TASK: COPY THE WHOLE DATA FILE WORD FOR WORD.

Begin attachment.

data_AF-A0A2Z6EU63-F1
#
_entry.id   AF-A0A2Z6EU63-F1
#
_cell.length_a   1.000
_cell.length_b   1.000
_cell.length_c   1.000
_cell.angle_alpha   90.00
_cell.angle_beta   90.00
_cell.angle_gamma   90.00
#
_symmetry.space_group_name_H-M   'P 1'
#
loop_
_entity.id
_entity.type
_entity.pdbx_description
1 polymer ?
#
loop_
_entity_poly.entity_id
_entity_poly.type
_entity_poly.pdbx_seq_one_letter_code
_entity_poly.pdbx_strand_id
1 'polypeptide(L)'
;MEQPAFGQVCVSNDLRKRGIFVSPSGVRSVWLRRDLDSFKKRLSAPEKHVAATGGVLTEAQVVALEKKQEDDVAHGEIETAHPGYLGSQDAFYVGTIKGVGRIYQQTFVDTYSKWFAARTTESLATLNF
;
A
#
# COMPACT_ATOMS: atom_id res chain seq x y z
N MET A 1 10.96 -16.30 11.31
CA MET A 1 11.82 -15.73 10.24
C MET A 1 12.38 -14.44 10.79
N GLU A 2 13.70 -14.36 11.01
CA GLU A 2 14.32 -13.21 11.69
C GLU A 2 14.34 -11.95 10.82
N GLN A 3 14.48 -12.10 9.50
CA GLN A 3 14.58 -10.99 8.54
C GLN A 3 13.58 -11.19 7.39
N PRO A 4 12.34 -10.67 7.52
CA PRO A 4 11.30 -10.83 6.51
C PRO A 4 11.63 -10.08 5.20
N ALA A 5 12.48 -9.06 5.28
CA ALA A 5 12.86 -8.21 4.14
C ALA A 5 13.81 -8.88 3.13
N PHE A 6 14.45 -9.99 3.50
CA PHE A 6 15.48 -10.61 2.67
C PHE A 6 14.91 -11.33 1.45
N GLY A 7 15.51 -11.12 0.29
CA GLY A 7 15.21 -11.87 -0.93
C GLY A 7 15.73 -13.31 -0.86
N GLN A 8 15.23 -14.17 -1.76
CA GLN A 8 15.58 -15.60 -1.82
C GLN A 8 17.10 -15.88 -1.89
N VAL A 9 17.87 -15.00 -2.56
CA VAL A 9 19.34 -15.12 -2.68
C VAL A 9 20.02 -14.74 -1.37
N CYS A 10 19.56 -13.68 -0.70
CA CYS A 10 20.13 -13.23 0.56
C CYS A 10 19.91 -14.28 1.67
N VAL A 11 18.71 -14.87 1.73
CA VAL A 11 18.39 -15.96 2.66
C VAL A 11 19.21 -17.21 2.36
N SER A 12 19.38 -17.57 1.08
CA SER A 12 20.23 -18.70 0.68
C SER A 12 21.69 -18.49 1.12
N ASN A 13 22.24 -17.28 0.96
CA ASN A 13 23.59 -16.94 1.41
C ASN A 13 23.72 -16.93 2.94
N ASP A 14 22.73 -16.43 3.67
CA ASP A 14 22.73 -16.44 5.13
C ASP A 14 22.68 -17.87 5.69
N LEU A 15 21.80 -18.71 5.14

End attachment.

data_AF-A0A2Z6EU63-F1
#
_entry.id   AF-A0A2Z6EU63-F1
#
_cell.length_a   1.000
_cell.length_b   1.000
_cell.length_c   1.000
_cell.angle_alpha   90.00
_cell.angle_beta   90.00
_cell.angle_gamma   90.00
#
_symmetry.space_group_name_H-M   'P 1'
#
loop_
_entity.id
_entity.type
_entity.pdbx_description
1 polymer ?
#
loop_
_entity_poly.entity_id
_entity_poly.type
_entity_poly.pdbx_seq_one_letter_code
_entity_poly.pdbx_strand_id
1 'polypeptide(L)'
;MEQPAFGQVCVSNDLRKRGIFVSPSGVRSVWLRRDLDSFKKRLSAPEKHVAATGGVLTEAQVVALEKKQEDDVAHGEIETAHPGYLGSQDAFYVGTIKGVGRIYQQTFVDTYSKWFAARTTESLATLNF
;
A
#
# COMPACT_ATOMS: atom_id res chain seq x y z
N MET A 1 10.96 -16.30 11.31
CA MET A 1 11.82 -15.73 10.24
C MET A 1 12.38 -14.44 10.79
N GLU A 2 13.70 -14.36 11.01
CA GLU A 2 14.32 -13.21 11.69
C GLU A 2 14.34 -11.95 10.82
N GLN A 3 14.48 -12.10 9.50
CA GLN A 3 14.58 -10.99 8.54
C GLN A 3 13.58 -11.19 7.39
N PRO A 4 12.34 -10.67 7.52
CA PRO A 4 11.30 -10.83 6.51
C PRO A 4 11.63 -10.08 5.20
N ALA A 5 12.48 -9.06 5.28
CA ALA A 5 12.86 -8.21 4.14
C ALA A 5 13.81 -8.88 3.13
N PHE A 6 14.45 -9.99 3.50
CA PHE A 6 15.48 -10.61 2.67
C PHE A 6 14.91 -11.33 1.45
N GLY A 7 15.51 -11.12 0.29
CA GLY A 7 15.21 -11.87 -0.93
C GLY A 7 15.73 -13.31 -0.86
N GLN A 8 15.23 -14.17 -1.76
CA GLN A 8 15.58 -15.60 -1.82
C GLN A 8 17.10 -15.88 -1.89
N VAL A 9 17.87 -15.00 -2.56
CA VAL A 9 19.34 -15.12 -2.68
C VAL A 9 20.02 -14.74 -1.37
N CYS A 10 19.56 -13.68 -0.70
CA CYS A 10 20.13 -13.23 0.56
C CYS A 10 19.91 -14.28 1.67
N VAL A 11 18.71 -14.87 1.73
CA VAL A 11 18.39 -15.96 2.66
C VAL A 11 19.21 -17.21 2.36
N SER A 12 19.38 -17.57 1.08
CA SER A 12 20.23 -18.70 0.68
C SER A 12 21.69 -18.49 1.12
N ASN A 13 22.24 -17.28 0.96
CA ASN A 13 23.59 -16.94 1.41
C ASN A 13 23.72 -16.93 2.94
N ASP A 14 22.73 -16.43 3.67
CA ASP A 14 22.73 -16.44 5.13
C ASP A 14 22.68 -17.87 5.69
N LEU A 15 21.80 -18.71 5.14